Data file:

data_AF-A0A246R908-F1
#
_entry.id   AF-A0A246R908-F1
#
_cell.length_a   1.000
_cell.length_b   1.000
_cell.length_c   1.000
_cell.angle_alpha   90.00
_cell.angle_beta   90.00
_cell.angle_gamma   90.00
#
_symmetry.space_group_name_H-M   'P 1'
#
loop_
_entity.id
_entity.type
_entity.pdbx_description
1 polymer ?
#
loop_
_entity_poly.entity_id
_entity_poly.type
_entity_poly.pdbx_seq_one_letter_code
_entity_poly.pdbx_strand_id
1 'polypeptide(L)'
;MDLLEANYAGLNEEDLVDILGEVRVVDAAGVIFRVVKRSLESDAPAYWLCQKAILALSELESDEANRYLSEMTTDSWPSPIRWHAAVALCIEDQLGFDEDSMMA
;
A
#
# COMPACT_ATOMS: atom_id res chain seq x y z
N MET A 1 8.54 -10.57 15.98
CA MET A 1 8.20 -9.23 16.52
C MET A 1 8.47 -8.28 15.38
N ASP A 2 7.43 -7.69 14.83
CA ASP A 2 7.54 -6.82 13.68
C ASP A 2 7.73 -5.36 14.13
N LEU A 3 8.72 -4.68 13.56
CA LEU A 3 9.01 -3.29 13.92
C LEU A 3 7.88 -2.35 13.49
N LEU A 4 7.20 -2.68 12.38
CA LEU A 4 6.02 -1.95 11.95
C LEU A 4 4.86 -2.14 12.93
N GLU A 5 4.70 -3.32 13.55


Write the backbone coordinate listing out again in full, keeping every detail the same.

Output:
data_AF-A0A246R908-F1
#
_entry.id   AF-A0A246R908-F1
#
_cell.length_a   1.000
_cell.length_b   1.000
_cell.length_c   1.000
_cell.angle_alpha   90.00
_cell.angle_beta   90.00
_cell.angle_gamma   90.00
#
_symmetry.space_group_name_H-M   'P 1'
#
loop_
_entity.id
_entity.type
_entity.pdbx_description
1 polymer ?
#
loop_
_entity_poly.entity_id
_entity_poly.type
_entity_poly.pdbx_seq_one_letter_code
_entity_poly.pdbx_strand_id
1 'polypeptide(L)'
;MDLLEANYAGLNEEDLVDILGEVRVVDAAGVIFRVVKRSLESDAPAYWLCQKAILALSELESDEANRYLSEMTTDSWPSPIRWHAAVALCIEDQLGFDEDSMMA
;
A
#
# COMPACT_ATOMS: atom_id res chain seq x y z
N MET A 1 8.54 -10.57 15.98
CA MET A 1 8.20 -9.23 16.52
C MET A 1 8.47 -8.28 15.38
N ASP A 2 7.43 -7.69 14.83
CA ASP A 2 7.54 -6.82 13.68
C ASP A 2 7.73 -5.36 14.13
N LEU A 3 8.72 -4.68 13.56
CA LEU A 3 9.01 -3.29 13.92
C LEU A 3 7.88 -2.35 13.49
N LEU A 4 7.20 -2.68 12.38
CA LEU A 4 6.02 -1.95 11.95
C LEU A 4 4.86 -2.14 12.93
N GLU A 5 4.70 -3.32 13.55